England Fans Exit World Cup Quietly
Sunday, July 2, 2006; 4:19 PM
GELSENKIRCHEN, Germany -- In the end, England's soccer fans accepted World Cup defeat with dignity _ and without the drunken violence authorities had prepared for and hoped against.
Tens of thousands of soccer lovers sporting the colors of Portugal, England and a host of other countries drowned their sorrows _ or joy _ in beer and bratwurst.
Just 100 people were arrested for minor offenses after Portugal beat England, German police said Sunday. There was more trouble in France, which beat Brazil Saturday to advance to the semifinals. In Paris, youths smashed windows and threw bottles at police officers, who detained 69 people.
If Germany was the test, England fans passed.
"I think our real fans have been absolutely superb," said Assistant Chief Constable Stephen Thomas, the senior English police officer assisting the Germans at the World Cup.
Of the 6,000 arrests made since the tournament began June 9, he noted, just 711 were British.
The threat of hooligan violence was a major theme leading up to the competition.
But German police were impressed by the way the crowds seemed to manage themselves, cheering on each others' teams and exchanging more shirts, photographs and hugs than angry words or blows.
In Gelsenkirchen, Police President Ruediger von Schenfeldt said that fans from all countries took it upon themselves to keep one another in line.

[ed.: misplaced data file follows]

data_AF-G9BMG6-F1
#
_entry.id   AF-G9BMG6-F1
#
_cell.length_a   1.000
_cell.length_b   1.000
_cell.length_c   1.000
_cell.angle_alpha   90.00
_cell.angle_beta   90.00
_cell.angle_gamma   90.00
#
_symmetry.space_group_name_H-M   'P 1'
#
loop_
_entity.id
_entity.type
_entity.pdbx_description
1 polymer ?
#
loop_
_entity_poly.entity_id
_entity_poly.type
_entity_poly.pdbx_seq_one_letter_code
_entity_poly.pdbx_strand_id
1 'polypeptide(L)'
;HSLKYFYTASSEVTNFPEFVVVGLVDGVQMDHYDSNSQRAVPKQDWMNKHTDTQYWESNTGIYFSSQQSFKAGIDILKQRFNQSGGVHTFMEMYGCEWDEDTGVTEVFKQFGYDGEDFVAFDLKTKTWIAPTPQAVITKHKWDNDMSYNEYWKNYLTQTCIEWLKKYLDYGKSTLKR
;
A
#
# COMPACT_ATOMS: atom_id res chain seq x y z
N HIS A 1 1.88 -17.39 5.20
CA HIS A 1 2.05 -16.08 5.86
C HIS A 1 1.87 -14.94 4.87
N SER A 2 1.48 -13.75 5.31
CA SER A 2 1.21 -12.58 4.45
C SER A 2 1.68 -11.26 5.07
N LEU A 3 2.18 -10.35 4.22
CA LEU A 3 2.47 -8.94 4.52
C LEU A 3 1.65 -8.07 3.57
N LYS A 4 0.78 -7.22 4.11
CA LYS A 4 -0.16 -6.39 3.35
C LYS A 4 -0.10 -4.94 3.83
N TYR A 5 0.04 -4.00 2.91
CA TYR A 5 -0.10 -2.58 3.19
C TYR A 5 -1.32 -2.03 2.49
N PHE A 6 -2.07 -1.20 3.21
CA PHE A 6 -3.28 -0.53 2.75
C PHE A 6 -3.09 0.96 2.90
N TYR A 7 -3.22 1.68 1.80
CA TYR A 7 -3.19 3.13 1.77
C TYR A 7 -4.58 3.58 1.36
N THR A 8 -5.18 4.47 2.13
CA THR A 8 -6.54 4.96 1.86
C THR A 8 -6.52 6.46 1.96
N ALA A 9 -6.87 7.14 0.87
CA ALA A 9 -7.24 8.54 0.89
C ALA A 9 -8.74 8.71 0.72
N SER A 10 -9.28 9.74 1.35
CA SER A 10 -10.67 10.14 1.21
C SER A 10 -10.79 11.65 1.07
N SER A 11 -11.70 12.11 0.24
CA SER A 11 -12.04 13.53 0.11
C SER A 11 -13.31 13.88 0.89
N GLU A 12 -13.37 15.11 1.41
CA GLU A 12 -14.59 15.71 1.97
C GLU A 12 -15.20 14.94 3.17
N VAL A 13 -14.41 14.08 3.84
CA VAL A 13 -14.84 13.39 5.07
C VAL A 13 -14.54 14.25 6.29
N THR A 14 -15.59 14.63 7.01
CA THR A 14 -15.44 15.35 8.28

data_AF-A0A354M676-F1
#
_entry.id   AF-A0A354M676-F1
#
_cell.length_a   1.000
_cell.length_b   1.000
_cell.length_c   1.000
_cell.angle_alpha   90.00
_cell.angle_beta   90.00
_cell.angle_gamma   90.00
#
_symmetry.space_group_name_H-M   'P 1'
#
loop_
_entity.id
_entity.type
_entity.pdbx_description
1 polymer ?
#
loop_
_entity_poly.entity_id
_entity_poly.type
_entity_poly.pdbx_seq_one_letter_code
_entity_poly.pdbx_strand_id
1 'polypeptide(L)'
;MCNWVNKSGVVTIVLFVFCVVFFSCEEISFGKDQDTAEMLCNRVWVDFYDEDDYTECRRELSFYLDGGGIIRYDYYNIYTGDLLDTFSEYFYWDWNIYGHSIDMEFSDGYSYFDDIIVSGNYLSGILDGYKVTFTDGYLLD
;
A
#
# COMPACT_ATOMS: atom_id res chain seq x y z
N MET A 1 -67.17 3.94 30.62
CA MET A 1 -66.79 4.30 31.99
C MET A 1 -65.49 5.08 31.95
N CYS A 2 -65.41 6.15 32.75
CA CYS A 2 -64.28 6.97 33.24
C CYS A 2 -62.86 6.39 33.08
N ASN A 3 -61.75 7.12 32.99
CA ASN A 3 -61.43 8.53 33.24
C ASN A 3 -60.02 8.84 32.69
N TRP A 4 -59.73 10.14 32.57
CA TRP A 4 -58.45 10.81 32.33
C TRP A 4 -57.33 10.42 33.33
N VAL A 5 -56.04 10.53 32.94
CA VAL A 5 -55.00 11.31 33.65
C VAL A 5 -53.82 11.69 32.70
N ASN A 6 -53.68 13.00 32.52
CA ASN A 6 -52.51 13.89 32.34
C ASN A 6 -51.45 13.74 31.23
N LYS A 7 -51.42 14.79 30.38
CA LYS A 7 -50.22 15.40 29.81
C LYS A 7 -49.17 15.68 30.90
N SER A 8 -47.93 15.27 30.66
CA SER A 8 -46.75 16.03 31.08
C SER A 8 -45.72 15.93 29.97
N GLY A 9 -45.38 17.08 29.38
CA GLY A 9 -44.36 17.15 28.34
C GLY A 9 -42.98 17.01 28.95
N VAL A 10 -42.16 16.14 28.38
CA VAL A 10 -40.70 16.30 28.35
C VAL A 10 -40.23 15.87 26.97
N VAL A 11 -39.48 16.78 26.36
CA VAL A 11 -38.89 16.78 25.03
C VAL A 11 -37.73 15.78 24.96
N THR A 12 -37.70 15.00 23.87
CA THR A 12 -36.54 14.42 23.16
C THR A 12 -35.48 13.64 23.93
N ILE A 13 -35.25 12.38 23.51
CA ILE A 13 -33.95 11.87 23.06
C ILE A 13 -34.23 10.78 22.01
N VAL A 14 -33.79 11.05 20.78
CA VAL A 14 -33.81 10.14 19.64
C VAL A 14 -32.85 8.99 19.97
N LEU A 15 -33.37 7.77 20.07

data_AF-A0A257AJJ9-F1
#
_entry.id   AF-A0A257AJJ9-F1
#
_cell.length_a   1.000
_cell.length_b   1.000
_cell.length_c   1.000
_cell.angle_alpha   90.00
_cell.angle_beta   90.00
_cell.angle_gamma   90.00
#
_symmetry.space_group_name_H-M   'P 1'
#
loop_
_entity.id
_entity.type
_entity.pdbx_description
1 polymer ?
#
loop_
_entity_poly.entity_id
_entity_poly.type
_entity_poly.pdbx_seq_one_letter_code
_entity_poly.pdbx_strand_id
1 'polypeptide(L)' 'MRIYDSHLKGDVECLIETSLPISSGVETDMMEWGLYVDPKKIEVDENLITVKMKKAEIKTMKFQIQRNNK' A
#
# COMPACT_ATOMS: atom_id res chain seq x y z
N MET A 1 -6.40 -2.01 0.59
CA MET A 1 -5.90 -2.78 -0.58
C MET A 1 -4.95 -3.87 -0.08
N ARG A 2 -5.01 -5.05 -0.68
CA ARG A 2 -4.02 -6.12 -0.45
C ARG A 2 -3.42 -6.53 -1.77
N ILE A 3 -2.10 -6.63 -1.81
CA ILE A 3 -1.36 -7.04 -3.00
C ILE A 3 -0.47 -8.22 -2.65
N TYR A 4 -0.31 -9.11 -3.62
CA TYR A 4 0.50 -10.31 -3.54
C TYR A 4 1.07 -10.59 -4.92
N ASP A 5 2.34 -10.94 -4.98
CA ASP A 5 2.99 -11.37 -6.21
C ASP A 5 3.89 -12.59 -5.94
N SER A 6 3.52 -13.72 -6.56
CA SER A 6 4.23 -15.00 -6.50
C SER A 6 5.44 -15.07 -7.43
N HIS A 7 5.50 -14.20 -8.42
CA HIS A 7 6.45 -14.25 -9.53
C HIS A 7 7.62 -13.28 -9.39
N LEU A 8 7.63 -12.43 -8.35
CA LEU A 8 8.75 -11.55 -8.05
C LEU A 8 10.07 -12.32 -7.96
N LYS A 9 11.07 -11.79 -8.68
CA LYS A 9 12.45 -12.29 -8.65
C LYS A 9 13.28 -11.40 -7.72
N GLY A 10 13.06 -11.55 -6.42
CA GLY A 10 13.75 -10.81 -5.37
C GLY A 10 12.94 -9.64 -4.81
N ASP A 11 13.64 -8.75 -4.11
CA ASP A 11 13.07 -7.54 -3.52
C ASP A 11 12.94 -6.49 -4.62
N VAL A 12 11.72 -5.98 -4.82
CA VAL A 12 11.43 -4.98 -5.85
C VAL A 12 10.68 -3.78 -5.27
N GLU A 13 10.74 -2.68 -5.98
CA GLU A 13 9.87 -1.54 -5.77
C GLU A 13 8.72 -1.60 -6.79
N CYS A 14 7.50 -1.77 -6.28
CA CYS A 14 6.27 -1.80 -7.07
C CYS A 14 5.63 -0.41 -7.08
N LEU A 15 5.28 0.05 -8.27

England fans who carried a bad reputation based on past hooliganism are being seen in a new light not just by Germans, but by the world, said Kevin Miles, the international coordinator of the Football Supporters' Federation.
"It's been an extraordinarily positive contribution made to the tournament as a whole by English supporters," he said.
Trouble at previous soccer tournaments in Europe and flare ups involving German and Polish fans at local matches made organizers wary.
At the 1998 World Cup, German hooligans beat a French policeman to near death and England fans rioted in Marseilles. At the 2000 European Championship, hundreds of rioting Britons were arrested in Belgium.
The 2006 World Cup has been low key when it comes to arrests.
On June 14, police clashed with German hooligans and eventually arrested 430 people, after Germany played Poland in Dortmund. By the next morning all had been released. On June 24 in Stuttgart, police arrested more than 500 England fans who hurled bottles and plastic chairs in separate outbursts that injured nine people.